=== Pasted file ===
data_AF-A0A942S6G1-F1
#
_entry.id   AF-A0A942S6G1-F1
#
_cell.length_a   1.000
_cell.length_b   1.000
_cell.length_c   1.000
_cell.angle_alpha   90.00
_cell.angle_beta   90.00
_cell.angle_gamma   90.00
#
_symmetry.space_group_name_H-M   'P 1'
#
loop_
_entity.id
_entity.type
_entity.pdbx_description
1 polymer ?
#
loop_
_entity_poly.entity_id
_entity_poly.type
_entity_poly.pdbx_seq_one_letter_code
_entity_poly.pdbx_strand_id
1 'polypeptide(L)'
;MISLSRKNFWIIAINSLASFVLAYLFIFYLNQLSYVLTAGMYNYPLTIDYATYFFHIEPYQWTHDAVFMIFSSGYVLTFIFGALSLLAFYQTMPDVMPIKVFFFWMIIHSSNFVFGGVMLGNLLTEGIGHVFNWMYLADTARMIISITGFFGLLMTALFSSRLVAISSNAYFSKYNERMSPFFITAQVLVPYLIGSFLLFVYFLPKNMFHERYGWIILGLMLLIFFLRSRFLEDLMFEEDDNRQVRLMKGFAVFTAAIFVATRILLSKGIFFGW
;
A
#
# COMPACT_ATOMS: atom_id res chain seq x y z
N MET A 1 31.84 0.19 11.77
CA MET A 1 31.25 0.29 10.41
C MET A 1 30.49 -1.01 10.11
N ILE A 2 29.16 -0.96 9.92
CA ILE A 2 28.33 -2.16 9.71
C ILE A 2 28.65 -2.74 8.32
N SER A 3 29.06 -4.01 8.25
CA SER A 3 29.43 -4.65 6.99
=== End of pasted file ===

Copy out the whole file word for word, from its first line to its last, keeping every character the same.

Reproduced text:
data_AF-A0A942S6G1-F1
#
_entry.id   AF-A0A942S6G1-F1
#
_cell.length_a   1.000
_cell.length_b   1.000
_cell.length_c   1.000
_cell.angle_alpha   90.00
_cell.angle_beta   90.00
_cell.angle_gamma   90.00
#
_symmetry.space_group_name_H-M   'P 1'
#
loop_
_entity.id
_entity.type
_entity.pdbx_description
1 polymer ?
#
loop_
_entity_poly.entity_id
_entity_poly.type
_entity_poly.pdbx_seq_one_letter_code
_entity_poly.pdbx_strand_id
1 'polypeptide(L)'
;MISLSRKNFWIIAINSLASFVLAYLFIFYLNQLSYVLTAGMYNYPLTIDYATYFFHIEPYQWTHDAVFMIFSSGYVLTFIFGALSLLAFYQTMPDVMPIKVFFFWMIIHSSNFVFGGVMLGNLLTEGIGHVFNWMYLADTARMIISITGFFGLLMTALFSSRLVAISSNAYFSKYNERMSPFFITAQVLVPYLIGSFLLFVYFLPKNMFHERYGWIILGLMLLIFFLRSRFLEDLMFEEDDNRQVRLMKGFAVFTAAIFVATRILLSKGIFFGW
;
A
#
# COMPACT_ATOMS: atom_id res chain seq x y z
N MET A 1 31.84 0.19 11.77
CA MET A 1 31.25 0.29 10.41
C MET A 1 30.49 -1.01 10.11
N ILE A 2 29.16 -0.96 9.92
CA ILE A 2 28.33 -2.16 9.71
C ILE A 2 28.65 -2.74 8.32
N SER A 3 29.06 -4.01 8.25
CA SER A 3 29.43 -4.65 6.99